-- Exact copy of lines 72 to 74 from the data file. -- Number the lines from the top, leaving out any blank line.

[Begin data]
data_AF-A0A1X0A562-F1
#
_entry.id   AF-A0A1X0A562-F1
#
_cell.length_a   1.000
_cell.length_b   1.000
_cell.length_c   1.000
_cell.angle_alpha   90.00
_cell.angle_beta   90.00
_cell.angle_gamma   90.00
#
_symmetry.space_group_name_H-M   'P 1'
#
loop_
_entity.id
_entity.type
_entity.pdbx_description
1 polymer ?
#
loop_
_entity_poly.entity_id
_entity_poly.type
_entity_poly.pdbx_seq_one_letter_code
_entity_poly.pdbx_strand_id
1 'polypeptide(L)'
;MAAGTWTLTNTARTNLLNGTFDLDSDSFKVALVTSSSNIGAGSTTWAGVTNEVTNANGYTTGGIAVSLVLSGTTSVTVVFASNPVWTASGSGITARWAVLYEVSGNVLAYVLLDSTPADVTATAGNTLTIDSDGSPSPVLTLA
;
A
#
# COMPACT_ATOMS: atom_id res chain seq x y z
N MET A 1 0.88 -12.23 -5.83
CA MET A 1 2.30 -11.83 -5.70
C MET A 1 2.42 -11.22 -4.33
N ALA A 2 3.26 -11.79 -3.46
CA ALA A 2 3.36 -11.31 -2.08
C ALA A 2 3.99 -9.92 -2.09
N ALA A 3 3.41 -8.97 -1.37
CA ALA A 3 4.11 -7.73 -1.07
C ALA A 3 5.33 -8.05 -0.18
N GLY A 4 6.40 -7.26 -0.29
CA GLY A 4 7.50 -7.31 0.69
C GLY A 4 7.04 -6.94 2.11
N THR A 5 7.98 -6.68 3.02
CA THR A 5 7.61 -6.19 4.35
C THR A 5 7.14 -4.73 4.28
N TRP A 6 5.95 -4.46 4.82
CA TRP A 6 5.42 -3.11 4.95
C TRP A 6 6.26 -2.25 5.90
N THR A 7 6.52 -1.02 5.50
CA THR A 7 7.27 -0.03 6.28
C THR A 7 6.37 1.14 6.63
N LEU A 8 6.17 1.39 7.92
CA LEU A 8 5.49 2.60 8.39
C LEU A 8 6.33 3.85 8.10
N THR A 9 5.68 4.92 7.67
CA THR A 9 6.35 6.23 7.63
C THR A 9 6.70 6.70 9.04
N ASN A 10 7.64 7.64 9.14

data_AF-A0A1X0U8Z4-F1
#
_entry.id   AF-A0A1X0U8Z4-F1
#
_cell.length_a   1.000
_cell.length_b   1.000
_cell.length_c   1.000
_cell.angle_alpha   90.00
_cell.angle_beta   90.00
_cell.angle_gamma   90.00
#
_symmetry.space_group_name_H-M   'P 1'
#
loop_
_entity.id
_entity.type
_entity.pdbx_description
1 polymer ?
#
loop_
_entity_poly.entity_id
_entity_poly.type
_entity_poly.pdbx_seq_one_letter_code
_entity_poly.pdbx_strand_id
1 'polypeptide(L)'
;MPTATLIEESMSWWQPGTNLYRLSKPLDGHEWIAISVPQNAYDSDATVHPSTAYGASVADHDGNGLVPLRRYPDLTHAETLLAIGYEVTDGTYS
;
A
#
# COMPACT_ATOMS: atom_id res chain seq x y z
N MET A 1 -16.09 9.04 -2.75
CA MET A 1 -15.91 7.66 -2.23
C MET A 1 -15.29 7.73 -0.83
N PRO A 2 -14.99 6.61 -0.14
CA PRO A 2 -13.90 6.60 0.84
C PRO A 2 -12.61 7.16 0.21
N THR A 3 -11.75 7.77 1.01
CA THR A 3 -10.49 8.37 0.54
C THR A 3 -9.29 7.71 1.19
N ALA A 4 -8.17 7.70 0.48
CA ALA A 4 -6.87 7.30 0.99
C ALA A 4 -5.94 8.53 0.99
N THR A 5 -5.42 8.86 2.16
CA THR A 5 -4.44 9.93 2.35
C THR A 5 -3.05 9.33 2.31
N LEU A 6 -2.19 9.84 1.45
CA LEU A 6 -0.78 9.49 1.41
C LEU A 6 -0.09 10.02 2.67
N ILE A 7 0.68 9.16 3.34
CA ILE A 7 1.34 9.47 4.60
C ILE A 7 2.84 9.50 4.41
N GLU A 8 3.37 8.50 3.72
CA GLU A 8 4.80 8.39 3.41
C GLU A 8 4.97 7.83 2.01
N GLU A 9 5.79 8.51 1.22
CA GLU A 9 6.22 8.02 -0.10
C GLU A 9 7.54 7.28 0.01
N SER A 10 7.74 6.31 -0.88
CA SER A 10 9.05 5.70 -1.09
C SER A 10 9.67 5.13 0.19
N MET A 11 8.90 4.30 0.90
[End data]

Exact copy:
loop_
_entity.id
_entity.type